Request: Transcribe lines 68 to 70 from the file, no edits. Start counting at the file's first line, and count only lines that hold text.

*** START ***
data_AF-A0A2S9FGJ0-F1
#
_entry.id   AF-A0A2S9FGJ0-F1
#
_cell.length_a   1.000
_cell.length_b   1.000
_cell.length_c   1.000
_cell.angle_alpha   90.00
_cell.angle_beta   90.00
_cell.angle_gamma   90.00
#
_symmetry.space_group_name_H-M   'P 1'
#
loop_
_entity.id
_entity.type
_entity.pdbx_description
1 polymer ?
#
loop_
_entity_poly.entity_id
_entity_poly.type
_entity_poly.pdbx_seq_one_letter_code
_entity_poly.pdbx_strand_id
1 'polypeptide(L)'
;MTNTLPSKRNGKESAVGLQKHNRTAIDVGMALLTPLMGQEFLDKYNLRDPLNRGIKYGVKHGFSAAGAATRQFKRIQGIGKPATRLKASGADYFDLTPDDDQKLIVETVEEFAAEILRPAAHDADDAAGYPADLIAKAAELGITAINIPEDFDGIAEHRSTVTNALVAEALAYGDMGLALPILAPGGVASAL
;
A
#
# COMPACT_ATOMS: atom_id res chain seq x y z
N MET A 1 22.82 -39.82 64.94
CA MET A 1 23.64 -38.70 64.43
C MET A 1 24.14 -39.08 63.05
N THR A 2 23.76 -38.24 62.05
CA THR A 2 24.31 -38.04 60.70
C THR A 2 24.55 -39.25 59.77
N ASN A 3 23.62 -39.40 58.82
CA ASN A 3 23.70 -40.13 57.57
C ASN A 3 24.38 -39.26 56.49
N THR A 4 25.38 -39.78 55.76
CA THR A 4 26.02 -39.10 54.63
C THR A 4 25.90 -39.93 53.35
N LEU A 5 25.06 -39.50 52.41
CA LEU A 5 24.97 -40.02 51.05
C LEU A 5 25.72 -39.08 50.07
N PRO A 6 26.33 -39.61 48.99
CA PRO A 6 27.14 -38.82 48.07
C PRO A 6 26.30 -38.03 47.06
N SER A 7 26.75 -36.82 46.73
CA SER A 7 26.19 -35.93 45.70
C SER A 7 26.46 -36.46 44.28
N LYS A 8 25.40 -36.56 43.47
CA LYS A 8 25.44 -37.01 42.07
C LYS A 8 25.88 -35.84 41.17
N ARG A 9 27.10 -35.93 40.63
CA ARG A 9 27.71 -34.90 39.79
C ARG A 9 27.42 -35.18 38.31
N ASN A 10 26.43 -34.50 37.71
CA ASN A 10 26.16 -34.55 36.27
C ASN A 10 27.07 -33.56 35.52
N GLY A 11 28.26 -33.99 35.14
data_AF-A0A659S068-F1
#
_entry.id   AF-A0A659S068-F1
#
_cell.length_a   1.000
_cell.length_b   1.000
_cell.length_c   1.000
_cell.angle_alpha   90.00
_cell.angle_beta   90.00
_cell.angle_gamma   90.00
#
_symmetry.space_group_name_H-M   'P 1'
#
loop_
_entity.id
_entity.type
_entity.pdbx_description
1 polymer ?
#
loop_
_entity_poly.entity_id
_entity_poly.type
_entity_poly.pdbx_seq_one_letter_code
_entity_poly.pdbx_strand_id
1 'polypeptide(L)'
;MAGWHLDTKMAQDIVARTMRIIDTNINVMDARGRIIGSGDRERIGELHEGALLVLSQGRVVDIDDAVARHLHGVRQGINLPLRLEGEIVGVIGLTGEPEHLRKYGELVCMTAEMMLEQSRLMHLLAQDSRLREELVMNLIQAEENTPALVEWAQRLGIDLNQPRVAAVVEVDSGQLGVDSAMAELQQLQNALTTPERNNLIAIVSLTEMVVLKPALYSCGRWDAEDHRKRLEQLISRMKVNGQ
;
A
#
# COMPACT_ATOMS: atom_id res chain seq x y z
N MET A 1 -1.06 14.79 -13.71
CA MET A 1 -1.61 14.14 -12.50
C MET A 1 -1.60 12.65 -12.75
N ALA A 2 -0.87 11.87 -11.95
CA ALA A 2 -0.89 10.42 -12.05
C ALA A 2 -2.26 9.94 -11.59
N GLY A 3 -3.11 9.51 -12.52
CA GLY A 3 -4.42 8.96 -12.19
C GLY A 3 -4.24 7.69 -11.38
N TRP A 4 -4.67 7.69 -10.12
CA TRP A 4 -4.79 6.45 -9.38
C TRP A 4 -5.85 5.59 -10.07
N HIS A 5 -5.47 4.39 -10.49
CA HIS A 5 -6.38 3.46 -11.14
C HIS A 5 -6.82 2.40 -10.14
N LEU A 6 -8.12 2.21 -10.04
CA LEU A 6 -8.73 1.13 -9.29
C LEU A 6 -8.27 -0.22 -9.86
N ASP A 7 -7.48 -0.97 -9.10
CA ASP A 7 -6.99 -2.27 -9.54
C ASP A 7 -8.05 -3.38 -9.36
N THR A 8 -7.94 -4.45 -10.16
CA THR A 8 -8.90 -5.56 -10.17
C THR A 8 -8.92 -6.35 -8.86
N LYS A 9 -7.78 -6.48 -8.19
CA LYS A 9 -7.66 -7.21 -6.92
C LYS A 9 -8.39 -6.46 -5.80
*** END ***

_cell.length_c   1.000
_cell.angle_alpha   90.00
_cell.angle_beta   90.00